NEW YORK (1010 WINS) — Anti-LGBTQ demonstrators gathered outside the Queens Public Library at Jackson Heights on Thursday to protest a Drag Story Hour event.
The roughly 30 demonstrators were met by about 150 counter protesters who stood between the anti-LGBTQ group to shield families attending the children’s reading event.
Drag Story Hour, is a non-profit that organizes storytelling and creative arts programs for children and teens.
Frankie Dascola, a New York City public school educator and an executive board member for Drag Story Hour New York City, told 1010 WINS she’s seen firsthand the positive impact the program can have.
“They have been absolute lights in my classroom and in our school community,” she said. “Whatever they are, whoever they are, they [the kids] can come and be their best self… I always tell my teachers, ‘if you come down, you will be seeing the students realizing their own truth and joy for the first time.’ That’s really what story hour gives people, that opportunity to celebrate themselves in the truest form they can.”
The organization has become a flash point for anti-gay and anti-trans activists across the country, and events held in New York City have faced protests with increasing frequency.
Some on the anti-LGBTQ side of Thursday’s demonstration sported Proud Boys clothing, and one carried a Proud Boys flag.
The Proud Boys are a fascist gang and hate group infamous for political violence and their alleged role in the Jan. 6 Capitol riots.
One man wearing a skull bandana around his face performed Nazi salutes and shouted white supremacist slogans.
On the counter protesters side of the street, the atmosphere was half protest, half carnival.
Families joined demonstrators in singing pop songs, children played with bubbles and chalk and supporters wore colorful outfits.
Families arriving for the Drag Story Hour event were escorted inside by counter protesters who shielded children from the view of the anti-LGBTQ demonstrators.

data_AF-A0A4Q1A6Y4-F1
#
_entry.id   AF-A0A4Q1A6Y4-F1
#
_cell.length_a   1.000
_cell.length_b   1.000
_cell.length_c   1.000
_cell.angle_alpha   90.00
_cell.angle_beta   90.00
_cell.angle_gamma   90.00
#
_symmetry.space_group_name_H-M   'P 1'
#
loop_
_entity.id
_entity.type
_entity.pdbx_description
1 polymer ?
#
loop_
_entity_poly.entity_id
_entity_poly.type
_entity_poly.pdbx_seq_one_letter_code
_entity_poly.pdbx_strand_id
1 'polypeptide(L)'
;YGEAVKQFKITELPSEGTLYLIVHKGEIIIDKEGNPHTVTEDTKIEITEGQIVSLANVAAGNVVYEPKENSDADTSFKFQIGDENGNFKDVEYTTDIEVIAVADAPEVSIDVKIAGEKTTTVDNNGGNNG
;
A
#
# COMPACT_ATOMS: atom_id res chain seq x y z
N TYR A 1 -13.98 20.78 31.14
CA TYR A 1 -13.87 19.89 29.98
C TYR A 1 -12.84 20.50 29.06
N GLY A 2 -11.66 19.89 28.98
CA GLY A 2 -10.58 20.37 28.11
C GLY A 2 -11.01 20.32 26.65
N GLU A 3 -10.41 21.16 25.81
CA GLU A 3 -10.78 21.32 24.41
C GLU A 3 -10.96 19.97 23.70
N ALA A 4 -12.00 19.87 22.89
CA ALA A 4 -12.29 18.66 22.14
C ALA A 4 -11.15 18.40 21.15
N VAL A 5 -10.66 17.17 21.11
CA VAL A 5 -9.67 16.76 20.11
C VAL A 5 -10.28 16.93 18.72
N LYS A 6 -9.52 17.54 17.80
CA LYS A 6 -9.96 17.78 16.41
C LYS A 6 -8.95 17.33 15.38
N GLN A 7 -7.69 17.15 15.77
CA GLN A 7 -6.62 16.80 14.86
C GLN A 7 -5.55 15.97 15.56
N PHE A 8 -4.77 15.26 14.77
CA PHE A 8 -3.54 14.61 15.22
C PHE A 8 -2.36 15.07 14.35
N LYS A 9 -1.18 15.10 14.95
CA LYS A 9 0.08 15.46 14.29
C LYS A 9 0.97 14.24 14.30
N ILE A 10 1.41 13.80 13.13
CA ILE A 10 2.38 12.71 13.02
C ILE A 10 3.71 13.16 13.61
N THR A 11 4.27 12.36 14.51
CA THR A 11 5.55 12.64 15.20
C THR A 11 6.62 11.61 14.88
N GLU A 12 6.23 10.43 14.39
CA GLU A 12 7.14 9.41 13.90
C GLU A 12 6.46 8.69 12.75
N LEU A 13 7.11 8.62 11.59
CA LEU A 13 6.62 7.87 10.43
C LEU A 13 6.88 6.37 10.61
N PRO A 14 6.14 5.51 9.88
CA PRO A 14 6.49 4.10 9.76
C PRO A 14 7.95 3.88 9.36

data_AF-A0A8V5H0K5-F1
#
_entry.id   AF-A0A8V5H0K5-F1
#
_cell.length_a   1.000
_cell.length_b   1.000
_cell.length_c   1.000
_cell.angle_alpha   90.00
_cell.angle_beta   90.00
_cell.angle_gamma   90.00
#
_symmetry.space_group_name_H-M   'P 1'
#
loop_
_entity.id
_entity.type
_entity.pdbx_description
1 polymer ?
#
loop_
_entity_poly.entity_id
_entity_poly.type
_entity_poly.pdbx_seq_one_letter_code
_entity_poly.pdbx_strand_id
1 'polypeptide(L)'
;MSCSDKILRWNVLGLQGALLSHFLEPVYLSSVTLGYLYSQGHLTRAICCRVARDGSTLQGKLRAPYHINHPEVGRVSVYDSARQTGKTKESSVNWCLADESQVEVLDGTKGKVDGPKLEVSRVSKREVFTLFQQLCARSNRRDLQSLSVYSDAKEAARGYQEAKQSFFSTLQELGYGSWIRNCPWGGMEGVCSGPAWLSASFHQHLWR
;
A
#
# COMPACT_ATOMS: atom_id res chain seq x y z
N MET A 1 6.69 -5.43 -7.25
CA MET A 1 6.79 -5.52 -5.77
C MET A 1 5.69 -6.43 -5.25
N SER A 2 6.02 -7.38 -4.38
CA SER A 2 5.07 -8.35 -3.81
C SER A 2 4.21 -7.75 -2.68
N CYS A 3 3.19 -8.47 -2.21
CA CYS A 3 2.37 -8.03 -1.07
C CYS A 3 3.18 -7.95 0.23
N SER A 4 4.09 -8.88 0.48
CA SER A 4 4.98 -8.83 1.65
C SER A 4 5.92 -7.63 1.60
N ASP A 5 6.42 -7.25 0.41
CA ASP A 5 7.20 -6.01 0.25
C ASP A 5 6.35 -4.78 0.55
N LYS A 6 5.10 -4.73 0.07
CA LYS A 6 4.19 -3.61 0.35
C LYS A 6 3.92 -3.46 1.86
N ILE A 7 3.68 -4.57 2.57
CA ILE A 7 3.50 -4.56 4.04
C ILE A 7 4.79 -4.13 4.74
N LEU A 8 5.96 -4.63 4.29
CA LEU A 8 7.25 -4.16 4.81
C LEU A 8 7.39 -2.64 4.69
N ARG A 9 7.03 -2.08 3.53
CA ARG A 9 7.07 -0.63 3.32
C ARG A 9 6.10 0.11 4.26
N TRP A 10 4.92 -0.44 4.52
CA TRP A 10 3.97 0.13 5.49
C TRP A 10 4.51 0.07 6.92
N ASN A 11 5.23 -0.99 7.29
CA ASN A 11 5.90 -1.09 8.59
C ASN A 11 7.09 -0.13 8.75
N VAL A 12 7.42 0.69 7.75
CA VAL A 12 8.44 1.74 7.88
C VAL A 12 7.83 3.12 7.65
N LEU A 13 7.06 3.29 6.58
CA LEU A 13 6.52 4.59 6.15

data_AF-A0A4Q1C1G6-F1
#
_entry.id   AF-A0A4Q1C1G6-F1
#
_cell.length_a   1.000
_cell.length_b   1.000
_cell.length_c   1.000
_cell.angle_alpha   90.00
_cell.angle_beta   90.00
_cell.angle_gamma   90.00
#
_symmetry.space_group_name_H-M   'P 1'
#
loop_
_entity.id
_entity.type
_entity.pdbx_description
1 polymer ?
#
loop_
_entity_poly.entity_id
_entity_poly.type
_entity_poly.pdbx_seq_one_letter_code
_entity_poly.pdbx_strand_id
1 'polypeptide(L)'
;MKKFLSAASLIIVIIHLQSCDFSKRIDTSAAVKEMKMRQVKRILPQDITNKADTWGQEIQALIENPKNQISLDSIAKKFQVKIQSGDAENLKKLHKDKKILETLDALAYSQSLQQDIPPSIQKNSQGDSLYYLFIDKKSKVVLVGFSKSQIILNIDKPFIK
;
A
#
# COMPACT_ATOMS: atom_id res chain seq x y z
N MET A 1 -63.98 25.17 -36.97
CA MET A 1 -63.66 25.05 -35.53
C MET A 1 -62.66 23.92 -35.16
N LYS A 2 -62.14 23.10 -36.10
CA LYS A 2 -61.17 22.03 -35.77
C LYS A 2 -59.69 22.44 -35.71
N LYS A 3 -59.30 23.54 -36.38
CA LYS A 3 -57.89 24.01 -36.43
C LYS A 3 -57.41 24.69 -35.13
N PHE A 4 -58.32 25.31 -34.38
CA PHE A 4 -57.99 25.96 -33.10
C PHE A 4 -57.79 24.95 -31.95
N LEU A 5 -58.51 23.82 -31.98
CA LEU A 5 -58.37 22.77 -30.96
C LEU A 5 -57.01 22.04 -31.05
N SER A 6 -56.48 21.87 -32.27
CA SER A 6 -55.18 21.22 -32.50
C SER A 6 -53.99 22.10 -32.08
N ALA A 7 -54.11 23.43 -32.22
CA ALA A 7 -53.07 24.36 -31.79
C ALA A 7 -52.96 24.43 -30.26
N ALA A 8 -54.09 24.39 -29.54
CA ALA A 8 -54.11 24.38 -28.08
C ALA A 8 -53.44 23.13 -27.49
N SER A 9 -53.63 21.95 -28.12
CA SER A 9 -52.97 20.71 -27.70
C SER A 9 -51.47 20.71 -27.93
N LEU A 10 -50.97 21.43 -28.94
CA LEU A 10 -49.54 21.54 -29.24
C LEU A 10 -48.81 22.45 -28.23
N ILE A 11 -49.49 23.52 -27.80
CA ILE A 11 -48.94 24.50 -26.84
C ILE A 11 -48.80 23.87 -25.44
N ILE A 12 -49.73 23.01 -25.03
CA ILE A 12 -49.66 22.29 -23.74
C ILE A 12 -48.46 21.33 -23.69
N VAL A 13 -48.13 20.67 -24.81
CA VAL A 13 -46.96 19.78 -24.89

Dozens of police officers stood in the street between the two groups.
Allison Marino, the president of the board of DSH NYC, told 1010 WINS protests against their events are becoming more frequent and intense.
“It’s really been just the past couple of months, maybe since the summer, that we are seeing the frequency and size of protests that we are now,” said Marino. “Almost every one of our events has some people showing up that are vocally and visibly unhappy with the fact that our program is taking place.”
To Marino, the conflicts unfolding in New York City are just one part of growing anti-gay and anti-trans sentiment across the country.
“What you're seeing across the country that is showing up against Drag Story Hours, that is showing up against trans and LGBTQ folks in general is very much being parrotted here,” she said. “You’re very much seeing all of the crazy conspiracy blown out of proportion.”
As vitriol against queer people and DSH has become more intense, Bella Noche, a drag queen who has worked as a storyteller for DSH NYC for over five years, started receiving death threats.
The first threats came after she was named in a New York Post story, she told 1010 WINS.
“I’ve gotten death threats on my Instagram,” she said. “Someone found my phone number and left me a scathing voicemail and said if I did it again they were going to come and send me to hell personally. Stuff like that. Even if you disagree, It shouldn’t come to that.”
Despite the harassment the organization and its associates regularly face, Marino is grateful for continued institutional support from the city.
City Council members have promised continued funding for the program and libraries have pledged to continue hosting, according to Marino.
Council Speaker Adrienne Adams and Councilmembers Shekar Krishnan, Erik Bottcher, and Crystal Hudson released a joint statement in support of the program on Thursday.
“In recent months, anti-LGBTQIA+ protesters have descended on these family events, attempting to get into our libraries to disrupt them while shouting homophobic and transphobic slurs at performers and attendees,” wrote the council members. “They have also vandalized the homes of three members of this City Council who support Drag Story Hour.”
“Hate in all its pernicious forms, including attacks on our LGBTQIA+ communities, have no place in our city and must be unequivocally condemned,” they continued. “We stand with New Yorkers gathering today in Jackson Heights to confront hate and defend families reading with their children.”